The documentary doesn’t rely on social-worker talking-heads to explain why women stay in abusive situations (just one example of how the doc could have gone wrong). Instead, it sticks with Turner’s experiences, through home movie footage, archival interviews with one of her sons as well as Ike himself. Most powerfully, there are clips of Ike and Tina (and the Ikettes) performing, on television, in clubs, and Lindsay and Martin have made the choice to let these performances play out, almost in full. (This is true throughout the documentary.) You can’t understand Tina Turner fully if you haven’t see her in her “act” with Ike, and the way she attacked those stages in a primal powerful truly thrilling way, whirling with the Ikettes in bright yellow and pink dresses, whipping the audiences into a frenzy. Tina’s voice came from her guts.
Later performances also play out in full. She does an overwhelming rendition of “Help!”, in front of a packed stadium, but it has the intimacy of a one-to-one interaction, as Tina howls out her confession of pain, her literal cry for help. So many documentaries cut away from performances, thinking we only want a glimpse of it to get the gist before shuttling on to the next thing. What a joy to be given the space to settle in and let Tina take you where she wants you to go.
The issue of the abuse she suffered at the hands of Ike wasn’t really known by the public until she decided to tell the story to People magazine in 1981. Ever since, she has been dogged by questions about it, even as her solo reputation soared into multi-platinum status. This not only frustrated her, but re-traumatized her all over again. She speaks very movingly of this. Her book was written, in part, to tell the story herself in the hopes that it would close the subject. Of course people were even more impertinent and curious. The 1993 movie “What’s Love Got to Do With It?”, starring Angela Bassett (who was interviewed for the documentary), and Laurence Fishburne as Ike, brought the toxic relationship once again back to the forefront, leading to another press tour where she had to answer disgusting questions like: “What was the worst part of the abuse?”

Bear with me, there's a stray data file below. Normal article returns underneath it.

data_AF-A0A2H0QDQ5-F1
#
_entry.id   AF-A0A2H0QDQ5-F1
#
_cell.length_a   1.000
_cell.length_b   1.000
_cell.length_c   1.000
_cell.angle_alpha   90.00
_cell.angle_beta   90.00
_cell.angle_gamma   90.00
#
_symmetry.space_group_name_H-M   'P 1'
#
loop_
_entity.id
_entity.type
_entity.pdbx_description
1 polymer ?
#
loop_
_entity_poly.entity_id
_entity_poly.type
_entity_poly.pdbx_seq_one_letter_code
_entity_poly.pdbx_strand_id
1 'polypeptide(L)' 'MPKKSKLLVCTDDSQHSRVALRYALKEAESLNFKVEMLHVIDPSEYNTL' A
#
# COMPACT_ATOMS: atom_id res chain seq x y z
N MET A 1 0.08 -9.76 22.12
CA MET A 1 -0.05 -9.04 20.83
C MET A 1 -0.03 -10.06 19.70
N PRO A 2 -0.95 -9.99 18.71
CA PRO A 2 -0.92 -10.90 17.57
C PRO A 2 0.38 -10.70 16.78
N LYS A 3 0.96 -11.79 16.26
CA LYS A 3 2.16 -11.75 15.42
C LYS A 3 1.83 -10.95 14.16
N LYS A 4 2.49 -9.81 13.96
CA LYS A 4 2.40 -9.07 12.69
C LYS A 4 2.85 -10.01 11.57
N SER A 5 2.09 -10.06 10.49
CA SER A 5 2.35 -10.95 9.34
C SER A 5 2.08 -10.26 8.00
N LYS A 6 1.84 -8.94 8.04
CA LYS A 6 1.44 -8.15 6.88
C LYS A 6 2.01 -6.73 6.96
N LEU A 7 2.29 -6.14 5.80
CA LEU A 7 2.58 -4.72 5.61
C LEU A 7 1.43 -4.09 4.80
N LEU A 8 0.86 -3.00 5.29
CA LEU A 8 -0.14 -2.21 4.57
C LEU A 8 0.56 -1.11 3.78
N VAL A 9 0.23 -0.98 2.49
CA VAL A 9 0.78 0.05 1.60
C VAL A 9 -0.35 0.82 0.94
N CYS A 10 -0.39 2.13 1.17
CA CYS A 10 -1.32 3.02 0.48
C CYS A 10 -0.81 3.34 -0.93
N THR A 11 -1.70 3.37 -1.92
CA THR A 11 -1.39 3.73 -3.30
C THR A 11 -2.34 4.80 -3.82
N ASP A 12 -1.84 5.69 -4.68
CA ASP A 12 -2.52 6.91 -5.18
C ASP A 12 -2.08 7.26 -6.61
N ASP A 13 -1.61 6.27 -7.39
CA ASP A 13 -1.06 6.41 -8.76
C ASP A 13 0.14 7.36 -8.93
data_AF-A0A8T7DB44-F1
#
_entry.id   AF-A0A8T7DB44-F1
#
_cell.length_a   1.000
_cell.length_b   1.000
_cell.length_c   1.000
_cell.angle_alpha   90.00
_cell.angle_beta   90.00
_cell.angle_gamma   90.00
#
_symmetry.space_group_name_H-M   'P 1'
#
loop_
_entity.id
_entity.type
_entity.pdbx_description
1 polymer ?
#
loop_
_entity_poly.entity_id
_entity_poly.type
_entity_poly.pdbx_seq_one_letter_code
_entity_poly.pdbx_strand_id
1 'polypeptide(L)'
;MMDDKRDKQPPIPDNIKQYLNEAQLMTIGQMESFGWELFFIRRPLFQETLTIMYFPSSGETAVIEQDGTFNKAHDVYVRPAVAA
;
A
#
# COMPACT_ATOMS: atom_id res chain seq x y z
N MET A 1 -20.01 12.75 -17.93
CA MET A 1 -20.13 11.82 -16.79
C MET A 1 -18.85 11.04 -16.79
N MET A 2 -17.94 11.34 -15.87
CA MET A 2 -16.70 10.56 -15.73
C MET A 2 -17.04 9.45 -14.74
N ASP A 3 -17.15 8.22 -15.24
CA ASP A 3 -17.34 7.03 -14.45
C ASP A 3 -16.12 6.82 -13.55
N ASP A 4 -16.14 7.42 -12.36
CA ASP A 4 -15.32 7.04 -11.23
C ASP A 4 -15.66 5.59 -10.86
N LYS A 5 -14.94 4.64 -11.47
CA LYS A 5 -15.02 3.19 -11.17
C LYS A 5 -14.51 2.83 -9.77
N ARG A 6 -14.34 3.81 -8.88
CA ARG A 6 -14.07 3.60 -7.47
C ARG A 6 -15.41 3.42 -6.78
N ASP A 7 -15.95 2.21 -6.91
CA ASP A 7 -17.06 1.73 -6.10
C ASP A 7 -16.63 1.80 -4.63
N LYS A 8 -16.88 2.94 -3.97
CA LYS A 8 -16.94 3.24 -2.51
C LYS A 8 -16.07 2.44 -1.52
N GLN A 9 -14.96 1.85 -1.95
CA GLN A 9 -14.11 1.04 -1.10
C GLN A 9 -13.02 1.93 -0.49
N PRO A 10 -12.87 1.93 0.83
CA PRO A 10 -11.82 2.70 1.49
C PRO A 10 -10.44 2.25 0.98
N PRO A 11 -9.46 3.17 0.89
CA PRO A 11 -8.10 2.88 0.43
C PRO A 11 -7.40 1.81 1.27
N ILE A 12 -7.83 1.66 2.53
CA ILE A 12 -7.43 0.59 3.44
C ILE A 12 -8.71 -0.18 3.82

In 2019, Tina: The Tina Turner Musical opened on Broadway and Tina, on the arm of Oprah Winfrey, attended. Throngs of people clamored around her limousine when she arrived, and the ovation she received when she entered the theatre could have been heard in Albany. Tina Turner is 80 years old now. She’s retired. She says that her attendance that night was “a goodbye to her American fans.” There’s a sadness in this, something the documentary allows for, even encourages. As Bassett says, in her emotional interview, “That’s what happens to icons. Tina Turner belongs to the world.”
I saw Tina in concert in 1988, during her Break Every Rule tour. Sitting outside on the lawn at Great Woods, the anticipation was so palpable it felt like thousands of people were on the verge of nervous collapse. She hadn’t even appeared yet. And then she rose up through the stage on a moving platform, blasted by light, like a superhero launching into the sky. Her lion’s mane of hair seemed to stretch to the rafters. When she reached out her arms to us, energy like lightning bolts came out of her fingers.
You don’t see performers like Tina every day. Or every year. Or every decade. There’s only one. Let’s not wait for the eventual obituaries to pour out our appreciation. “Tina” allows us to do it now.
Debuts on HBO on March 27.